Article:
Mark Pestronk is a Washington-based lawyer
specializing in travel law.
Q:I have been trying to sell my corporate client on the idea of offering a free cruise to its most
valuable salespeople. However, the cor-
poration’s in-house travel manager has
repeatedly shot down the idea, saying that
the trips would not be a tax-deductible
business expense if they are on a foreign-
flagged cruise ship. I have read that when
it comes to corporate incentives, it doesn’t
matter which ship, cruise or destinations
are involved — they are all tax-deduct-
ible. Who is right?
A:You are. Although there are many tax laws and regulations that strictly limit or outlaw deductions
of cruise expenses by passengers, those
laws do not apply to pure incentive travel.
The corporation can pay for any cruise
anywhere on any ship, and deduct it all, if
the trip is a reward for performance.
The same rule applies to cruises for customers or independent contractors of corporations. The corporation may reward them
with a cruise and deduct the entire cost.
Of course, like all tax laws, there are
complications. In order to be deductible to
the corporation, the gift must not be “lav-
ish or extravagant.” Amusingly, the IRS de-
fines the term by stating what it is not:
Therefore, since the IRS has said that
expenses for “deluxe resorts” are not lavish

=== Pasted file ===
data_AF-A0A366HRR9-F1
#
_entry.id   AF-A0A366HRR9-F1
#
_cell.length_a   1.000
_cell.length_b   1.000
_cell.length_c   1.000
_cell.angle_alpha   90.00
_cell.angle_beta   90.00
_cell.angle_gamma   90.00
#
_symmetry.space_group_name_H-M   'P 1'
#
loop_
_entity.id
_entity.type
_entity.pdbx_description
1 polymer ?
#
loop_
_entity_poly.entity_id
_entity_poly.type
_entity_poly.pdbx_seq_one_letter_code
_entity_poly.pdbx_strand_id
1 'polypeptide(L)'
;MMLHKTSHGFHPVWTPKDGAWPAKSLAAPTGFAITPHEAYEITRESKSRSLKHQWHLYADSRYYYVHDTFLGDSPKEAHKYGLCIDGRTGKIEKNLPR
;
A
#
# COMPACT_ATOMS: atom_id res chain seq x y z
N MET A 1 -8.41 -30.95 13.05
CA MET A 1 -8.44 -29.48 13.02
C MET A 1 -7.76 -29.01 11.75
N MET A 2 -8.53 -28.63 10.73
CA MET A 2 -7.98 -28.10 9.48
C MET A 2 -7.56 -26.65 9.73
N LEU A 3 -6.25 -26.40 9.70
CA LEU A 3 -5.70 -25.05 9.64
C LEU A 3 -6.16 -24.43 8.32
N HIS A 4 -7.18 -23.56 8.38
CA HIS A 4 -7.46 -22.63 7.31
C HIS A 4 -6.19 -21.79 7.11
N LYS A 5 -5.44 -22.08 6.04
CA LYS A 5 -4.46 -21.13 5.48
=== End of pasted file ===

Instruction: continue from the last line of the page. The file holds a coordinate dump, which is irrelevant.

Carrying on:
or extravagant, and since cruises compete
with resorts for incentive clients, it seems
to follow that deluxe cruises are not in that
The flipside of tax deductibility is that
part if not all of the fair market value of the
cruise is generally considered income to the
recipient, which means that he or she must
pay income tax on at least part of that fair
market value. To avoid a major tax burden,
the corporation can include a cash allowance approximately equal to the taxes that
would be owed in an average tax bracket,
although that allowance itself would be
What probably confused the corporate
travel manager was another set of tax rules:
However, there are limits to the deduction: The most you can deduct is twice the
highest federal per diem for domestic cities; as of September 2014, that per diem is
$374, so the most your can deduct is $748
Even here, there are exceptions to the
exceptions, so consult a knowledgeable
CPA or tax lawyer if you have further
To submit a question for Legal Briefs,
email Mark Pestronk at mark@pestronk
Client can deduct incentive cruise if not ‘lavish or extravagant’
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However, the fair
market value of
the cruise is con-
sidered income to